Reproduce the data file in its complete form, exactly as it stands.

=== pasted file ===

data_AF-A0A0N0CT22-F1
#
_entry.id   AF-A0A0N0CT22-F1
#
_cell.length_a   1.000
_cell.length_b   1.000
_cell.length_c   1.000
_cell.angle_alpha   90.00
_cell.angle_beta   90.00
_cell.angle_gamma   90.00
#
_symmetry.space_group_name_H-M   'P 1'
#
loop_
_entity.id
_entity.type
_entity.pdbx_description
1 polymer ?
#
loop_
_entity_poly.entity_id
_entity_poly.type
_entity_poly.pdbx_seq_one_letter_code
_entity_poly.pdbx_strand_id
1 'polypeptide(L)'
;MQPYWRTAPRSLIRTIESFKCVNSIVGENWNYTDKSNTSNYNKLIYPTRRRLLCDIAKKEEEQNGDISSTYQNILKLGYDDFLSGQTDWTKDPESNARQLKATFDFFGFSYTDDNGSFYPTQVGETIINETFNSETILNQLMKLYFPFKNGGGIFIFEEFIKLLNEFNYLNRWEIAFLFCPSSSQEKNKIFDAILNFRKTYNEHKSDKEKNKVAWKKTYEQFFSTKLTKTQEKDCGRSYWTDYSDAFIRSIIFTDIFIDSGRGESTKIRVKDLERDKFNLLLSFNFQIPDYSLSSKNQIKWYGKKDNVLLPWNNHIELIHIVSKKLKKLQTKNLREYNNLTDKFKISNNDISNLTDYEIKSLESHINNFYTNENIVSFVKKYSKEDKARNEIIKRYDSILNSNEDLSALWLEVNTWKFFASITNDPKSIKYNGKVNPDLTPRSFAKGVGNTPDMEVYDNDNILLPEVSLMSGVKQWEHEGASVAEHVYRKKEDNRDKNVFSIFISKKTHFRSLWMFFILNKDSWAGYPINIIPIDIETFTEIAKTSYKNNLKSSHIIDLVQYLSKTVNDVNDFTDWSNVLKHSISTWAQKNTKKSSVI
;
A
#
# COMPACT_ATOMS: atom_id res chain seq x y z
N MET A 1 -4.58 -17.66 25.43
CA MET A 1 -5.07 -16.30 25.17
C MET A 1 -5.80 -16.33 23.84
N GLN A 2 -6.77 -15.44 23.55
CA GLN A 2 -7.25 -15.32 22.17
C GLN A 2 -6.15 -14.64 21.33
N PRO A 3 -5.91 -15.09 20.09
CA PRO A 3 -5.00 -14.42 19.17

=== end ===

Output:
data_AF-A0A0N0CT22-F1
#
_entry.id   AF-A0A0N0CT22-F1
#
_cell.length_a   1.000
_cell.length_b   1.000
_cell.length_c   1.000
_cell.angle_alpha   90.00
_cell.angle_beta   90.00
_cell.angle_gamma   90.00
#
_symmetry.space_group_name_H-M   'P 1'
#
loop_
_entity.id
_entity.type
_entity.pdbx_description
1 polymer ?
#
loop_
_entity_poly.entity_id
_entity_poly.type
_entity_poly.pdbx_seq_one_letter_code
_entity_poly.pdbx_strand_id
1 'polypeptide(L)'
;MQPYWRTAPRSLIRTIESFKCVNSIVGENWNYTDKSNTSNYNKLIYPTRRRLLCDIAKKEEEQNGDISSTYQNILKLGYDDFLSGQTDWTKDPESNARQLKATFDFFGFSYTDDNGSFYPTQVGETIINETFNSETILNQLMKLYFPFKNGGGIFIFEEFIKLLNEFNYLNRWEIAFLFCPSSSQEKNKIFDAILNFRKTYNEHKSDKEKNKVAWKKTYEQFFSTKLTKTQEKDCGRSYWTDYSDAFIRSIIFTDIFIDSGRGESTKIRVKDLERDKFNLLLSFNFQIPDYSLSSKNQIKWYGKKDNVLLPWNNHIELIHIVSKKLKKLQTKNLREYNNLTDKFKISNNDISNLTDYEIKSLESHINNFYTNENIVSFVKKYSKEDKARNEIIKRYDSILNSNEDLSALWLEVNTWKFFASITNDPKSIKYNGKVNPDLTPRSFAKGVGNTPDMEVYDNDNILLPEVSLMSGVKQWEHEGASVAEHVYRKKEDNRDKNVFSIFISKKTHFRSLWMFFILNKDSWAGYPINIIPIDIETFTEIAKTSYKNNLKSSHIIDLVQYLSKTVNDVNDFTDWSNVLKHSISTWAQKNTKKSSVI
;
A
#
# COMPACT_ATOMS: atom_id res chain seq x y z
N MET A 1 -4.58 -17.66 25.43
CA MET A 1 -5.07 -16.30 25.17
C MET A 1 -5.80 -16.33 23.84
N GLN A 2 -6.77 -15.44 23.55
CA GLN A 2 -7.25 -15.32 22.17
C GLN A 2 -6.15 -14.64 21.33
N PRO A 3 -5.91 -15.09 20.09
CA PRO A 3 -5.00 -14.42 19.17